5. Mediators Inflamm. 2003 Apr;12(2):59-69.


Gastro-Esophageal Reflux Disease (GERD)


Gastro-esophageal reflux disease (GERD) is a common relapsing condition caused by repeated exposure of the lower oesophagus to refluxed gastric contents. It is originated from changes in the barrier between the stomach and the esophagus, impaired expulsion of gastric reflux from the esophagus or a hiatal hernia. Patients may or may not have symptoms with or without evidence of mucosal damage. The most common symptoms include heartburn, regurgitation, chest pain and nausea. Conventional treatment options include drugs and surgery.(1) Alternative therapy (e.g., acupuncture) and lifestyle modification (e.g., stop drinking alcohol) are often recommended.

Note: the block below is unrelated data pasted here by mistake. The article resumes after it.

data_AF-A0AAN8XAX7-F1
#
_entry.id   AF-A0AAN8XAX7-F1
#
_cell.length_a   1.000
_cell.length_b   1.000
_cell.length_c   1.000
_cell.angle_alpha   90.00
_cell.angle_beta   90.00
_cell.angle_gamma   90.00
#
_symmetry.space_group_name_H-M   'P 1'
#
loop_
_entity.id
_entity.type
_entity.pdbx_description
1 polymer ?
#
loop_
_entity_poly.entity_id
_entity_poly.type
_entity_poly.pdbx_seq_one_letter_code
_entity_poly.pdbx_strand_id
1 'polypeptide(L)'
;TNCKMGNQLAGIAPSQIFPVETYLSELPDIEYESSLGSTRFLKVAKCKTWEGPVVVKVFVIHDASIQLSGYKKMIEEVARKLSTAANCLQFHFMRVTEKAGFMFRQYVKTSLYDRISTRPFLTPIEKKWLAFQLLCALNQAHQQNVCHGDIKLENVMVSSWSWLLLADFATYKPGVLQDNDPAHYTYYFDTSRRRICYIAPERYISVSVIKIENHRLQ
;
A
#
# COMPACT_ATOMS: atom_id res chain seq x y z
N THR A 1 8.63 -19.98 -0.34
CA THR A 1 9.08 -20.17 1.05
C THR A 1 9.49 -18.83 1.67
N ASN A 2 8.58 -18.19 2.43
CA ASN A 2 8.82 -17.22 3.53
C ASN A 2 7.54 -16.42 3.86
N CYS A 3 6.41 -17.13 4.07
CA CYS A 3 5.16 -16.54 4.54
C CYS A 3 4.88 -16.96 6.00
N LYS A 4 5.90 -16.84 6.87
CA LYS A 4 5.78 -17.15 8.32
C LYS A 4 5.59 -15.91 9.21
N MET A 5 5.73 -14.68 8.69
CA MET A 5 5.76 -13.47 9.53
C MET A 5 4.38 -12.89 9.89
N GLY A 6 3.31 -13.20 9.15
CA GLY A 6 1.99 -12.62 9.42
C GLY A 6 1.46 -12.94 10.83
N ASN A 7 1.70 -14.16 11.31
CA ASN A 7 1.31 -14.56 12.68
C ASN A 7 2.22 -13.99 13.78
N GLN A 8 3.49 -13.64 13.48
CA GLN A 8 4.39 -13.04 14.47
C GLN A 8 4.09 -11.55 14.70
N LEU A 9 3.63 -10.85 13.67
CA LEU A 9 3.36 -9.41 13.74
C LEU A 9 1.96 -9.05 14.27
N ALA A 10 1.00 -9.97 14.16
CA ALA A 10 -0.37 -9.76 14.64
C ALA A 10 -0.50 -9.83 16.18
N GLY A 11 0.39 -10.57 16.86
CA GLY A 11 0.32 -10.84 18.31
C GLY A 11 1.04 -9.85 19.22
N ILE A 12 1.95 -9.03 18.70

A recent clinical trial looked at the efficacy of acupuncture versus doubling dose of proton pump inhibitors (PPI) in patients who failed single-dose PPI treatment. Thirty patients with GERD were randomized to receive either their original PPI dose plus acupuncture or a double PPI dose. Acupuncture was administered in 10 sessions over a 4-week period. At week 4, symptom assessments from both groups were compared to pretrial symptom ratings. Improvement in the symptom in the double-dose PPI group was only statistically improved for daytime heartburn. All symptoms in the acupuncture plus single dose PPI group improved significantly.(2)